It has long been an axiom of California land use law that land use planning and regulation is primarily a local matter, subject to local control. But, while California courts and land use practitioners tend to accept this notion as a first principle, is it really true? Or has local land use control become more of a popular fiction, a legal paradigm often invoked but now so riddled with conditions and qualifications that it fails adequately to explain the reality of what is a much more complex regulatory scheme? And if local control is, or has for some time been, diminishing, is that a good or a bad thing in light of the ever more regional—even global—cumulative impacts of the physical developments shaped by land use planning and regulation? This article explores these questions in the context of recently proposed California legislation (SB 375) designed to reduce greenhouse gas (GHG) emissions from the critical transportation sector by land use planning and regulation at the regional level.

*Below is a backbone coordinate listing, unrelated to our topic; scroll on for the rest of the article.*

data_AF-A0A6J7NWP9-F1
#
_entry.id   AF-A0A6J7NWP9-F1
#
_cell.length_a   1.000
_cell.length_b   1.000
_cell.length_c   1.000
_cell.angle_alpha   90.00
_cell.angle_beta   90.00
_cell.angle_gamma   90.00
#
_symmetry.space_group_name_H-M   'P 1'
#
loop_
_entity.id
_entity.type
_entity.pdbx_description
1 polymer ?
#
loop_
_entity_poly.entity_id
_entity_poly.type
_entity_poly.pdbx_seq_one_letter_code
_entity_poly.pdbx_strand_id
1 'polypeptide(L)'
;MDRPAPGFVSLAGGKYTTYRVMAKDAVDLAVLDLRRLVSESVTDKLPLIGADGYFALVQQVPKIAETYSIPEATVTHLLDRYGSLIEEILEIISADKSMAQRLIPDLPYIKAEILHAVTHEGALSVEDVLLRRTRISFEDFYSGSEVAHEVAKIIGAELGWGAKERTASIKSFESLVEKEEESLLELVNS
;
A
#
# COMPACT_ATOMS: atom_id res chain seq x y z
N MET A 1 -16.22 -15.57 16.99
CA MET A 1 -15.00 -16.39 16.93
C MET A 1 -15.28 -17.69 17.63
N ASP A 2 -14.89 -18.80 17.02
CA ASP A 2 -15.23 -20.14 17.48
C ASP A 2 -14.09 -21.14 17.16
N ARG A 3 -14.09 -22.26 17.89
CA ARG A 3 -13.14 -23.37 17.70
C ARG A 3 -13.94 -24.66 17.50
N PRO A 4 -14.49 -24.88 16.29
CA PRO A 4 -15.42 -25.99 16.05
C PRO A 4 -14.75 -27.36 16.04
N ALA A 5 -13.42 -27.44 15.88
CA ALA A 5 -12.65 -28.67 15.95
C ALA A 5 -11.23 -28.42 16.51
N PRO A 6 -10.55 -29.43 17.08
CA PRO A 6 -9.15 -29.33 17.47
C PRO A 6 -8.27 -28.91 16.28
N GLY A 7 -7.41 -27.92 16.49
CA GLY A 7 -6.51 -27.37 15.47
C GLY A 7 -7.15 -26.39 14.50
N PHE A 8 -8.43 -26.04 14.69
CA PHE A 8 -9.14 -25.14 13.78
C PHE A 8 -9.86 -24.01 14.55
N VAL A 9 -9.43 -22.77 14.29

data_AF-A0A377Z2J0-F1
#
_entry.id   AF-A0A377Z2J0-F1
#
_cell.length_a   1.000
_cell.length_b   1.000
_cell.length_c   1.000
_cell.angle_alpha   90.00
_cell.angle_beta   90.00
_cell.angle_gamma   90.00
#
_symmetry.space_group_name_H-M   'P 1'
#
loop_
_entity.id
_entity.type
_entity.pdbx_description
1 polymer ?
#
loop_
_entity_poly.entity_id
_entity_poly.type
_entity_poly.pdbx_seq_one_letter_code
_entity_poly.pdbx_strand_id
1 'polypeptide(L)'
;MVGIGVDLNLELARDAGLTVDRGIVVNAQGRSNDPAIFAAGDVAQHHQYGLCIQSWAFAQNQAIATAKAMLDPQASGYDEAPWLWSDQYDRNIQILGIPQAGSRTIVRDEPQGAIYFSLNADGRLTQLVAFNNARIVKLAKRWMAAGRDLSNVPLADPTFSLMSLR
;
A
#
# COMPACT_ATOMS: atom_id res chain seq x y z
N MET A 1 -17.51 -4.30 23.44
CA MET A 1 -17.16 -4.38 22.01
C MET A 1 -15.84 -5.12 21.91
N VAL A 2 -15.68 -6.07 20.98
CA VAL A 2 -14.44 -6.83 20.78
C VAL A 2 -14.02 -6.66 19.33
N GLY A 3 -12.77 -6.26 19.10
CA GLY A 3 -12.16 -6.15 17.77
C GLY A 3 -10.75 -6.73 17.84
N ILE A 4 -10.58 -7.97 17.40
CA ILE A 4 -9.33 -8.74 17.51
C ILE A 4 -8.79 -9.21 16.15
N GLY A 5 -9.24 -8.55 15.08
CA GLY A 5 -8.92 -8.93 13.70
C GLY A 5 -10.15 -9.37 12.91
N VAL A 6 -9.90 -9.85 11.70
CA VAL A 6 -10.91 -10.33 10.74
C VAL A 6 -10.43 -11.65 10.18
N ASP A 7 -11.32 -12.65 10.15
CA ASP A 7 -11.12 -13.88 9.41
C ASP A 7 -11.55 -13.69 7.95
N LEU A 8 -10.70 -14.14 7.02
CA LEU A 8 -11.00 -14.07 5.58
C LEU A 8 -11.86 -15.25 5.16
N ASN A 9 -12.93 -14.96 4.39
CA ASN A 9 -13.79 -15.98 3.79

The politically popular theory that locally elected legislators—city council-persons and county supervisors—are in the best position to know local conditions and their constituents’ best interests animates the principle of local land use planning authority. While California has had a Regional Planning Law in place since 1963, that law provides that any regional plans created under it “shall be advisory only and shall not have any binding effect on the counties and cities located within the boundaries of the regional planning district for which the regional plan is adopted.”
Please see full alert below for more information.
Firefox recommends the PDF Plugin for Mac OS X for viewing PDF documents in your browser.
We can also show you Legal Updates using the Google Viewer; however, you will need to be logged into Google Docs to view them.
Please choose one of the above to proceed!
LOADING PDF: If there are any problems, click here to download the file.